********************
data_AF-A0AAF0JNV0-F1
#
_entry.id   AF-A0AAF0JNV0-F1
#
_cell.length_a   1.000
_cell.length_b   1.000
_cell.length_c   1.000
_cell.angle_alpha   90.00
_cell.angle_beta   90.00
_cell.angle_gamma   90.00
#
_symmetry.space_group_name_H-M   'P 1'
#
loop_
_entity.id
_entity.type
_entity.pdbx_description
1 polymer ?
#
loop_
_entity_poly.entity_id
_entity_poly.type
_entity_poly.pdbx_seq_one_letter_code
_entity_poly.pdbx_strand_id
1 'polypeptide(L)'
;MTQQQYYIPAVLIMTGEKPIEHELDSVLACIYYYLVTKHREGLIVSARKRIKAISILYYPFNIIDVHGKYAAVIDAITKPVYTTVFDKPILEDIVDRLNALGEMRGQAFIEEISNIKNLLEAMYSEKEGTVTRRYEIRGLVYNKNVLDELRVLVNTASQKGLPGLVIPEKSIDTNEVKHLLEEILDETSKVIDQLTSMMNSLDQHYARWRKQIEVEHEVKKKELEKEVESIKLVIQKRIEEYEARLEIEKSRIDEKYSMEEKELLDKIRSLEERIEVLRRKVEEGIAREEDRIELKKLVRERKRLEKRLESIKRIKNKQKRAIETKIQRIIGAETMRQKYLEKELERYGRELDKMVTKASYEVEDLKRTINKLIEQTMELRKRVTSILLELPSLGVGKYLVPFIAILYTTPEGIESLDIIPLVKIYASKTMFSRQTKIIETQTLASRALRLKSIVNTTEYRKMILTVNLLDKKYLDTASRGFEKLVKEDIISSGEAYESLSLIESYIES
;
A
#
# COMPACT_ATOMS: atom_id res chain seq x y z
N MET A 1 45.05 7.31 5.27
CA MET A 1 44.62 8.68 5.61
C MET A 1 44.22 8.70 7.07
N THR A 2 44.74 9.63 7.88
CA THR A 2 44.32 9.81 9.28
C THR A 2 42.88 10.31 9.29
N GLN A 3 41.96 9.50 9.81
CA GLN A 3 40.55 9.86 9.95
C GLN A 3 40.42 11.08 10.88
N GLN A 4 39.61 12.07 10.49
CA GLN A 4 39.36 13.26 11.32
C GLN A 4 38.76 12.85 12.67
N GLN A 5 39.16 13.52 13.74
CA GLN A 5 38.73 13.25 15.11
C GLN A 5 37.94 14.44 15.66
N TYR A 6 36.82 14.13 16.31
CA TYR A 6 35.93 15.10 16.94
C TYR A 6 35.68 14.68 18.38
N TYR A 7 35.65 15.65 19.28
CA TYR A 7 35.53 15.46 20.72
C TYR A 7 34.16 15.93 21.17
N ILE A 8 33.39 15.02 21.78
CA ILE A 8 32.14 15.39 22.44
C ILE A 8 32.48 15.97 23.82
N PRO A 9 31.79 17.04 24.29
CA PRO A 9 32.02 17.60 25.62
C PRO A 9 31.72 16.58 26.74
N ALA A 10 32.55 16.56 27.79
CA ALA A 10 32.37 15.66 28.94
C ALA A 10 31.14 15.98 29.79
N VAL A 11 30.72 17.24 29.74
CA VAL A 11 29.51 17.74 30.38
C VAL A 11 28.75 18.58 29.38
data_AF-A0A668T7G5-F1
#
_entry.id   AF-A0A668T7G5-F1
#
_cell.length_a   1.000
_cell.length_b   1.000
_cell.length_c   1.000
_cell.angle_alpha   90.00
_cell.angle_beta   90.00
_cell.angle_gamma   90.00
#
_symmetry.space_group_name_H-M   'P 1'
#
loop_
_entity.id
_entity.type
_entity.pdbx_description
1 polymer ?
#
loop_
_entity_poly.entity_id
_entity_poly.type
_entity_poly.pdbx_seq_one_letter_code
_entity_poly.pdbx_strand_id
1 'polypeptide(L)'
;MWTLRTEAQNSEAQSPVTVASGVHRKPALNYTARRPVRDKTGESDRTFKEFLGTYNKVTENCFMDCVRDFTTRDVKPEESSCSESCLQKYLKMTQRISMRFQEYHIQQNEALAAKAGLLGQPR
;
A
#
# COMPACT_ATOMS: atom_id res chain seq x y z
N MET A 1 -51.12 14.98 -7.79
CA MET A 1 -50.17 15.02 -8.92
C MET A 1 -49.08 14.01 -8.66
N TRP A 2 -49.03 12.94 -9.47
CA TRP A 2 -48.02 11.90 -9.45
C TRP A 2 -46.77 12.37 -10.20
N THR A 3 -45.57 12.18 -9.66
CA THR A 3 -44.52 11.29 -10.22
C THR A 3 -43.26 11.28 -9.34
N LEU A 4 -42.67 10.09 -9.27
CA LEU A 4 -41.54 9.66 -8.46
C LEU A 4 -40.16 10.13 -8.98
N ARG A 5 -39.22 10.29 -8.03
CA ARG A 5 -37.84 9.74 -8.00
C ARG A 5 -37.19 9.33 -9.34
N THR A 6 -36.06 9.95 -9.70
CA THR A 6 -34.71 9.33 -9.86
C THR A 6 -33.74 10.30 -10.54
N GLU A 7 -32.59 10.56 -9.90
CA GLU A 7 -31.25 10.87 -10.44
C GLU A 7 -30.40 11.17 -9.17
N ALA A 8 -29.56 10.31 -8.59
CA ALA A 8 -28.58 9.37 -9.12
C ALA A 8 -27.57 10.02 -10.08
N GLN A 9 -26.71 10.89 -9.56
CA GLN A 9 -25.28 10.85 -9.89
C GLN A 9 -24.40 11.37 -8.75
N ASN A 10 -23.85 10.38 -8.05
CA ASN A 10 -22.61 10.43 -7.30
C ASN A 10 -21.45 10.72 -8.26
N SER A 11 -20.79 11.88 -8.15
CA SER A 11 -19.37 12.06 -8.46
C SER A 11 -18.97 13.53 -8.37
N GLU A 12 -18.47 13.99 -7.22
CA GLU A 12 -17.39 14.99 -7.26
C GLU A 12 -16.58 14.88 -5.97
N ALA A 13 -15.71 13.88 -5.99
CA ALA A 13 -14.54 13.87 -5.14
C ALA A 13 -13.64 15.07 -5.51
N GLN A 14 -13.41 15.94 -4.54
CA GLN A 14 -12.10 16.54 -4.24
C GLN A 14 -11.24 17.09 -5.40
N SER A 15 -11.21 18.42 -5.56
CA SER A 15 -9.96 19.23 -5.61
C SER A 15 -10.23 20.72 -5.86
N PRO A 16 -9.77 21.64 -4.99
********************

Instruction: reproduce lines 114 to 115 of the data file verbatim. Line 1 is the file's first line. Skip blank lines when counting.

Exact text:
C GLU A 7 -30.40 11.17 -9.17
N ALA A 8 -29.56 10.31 -8.59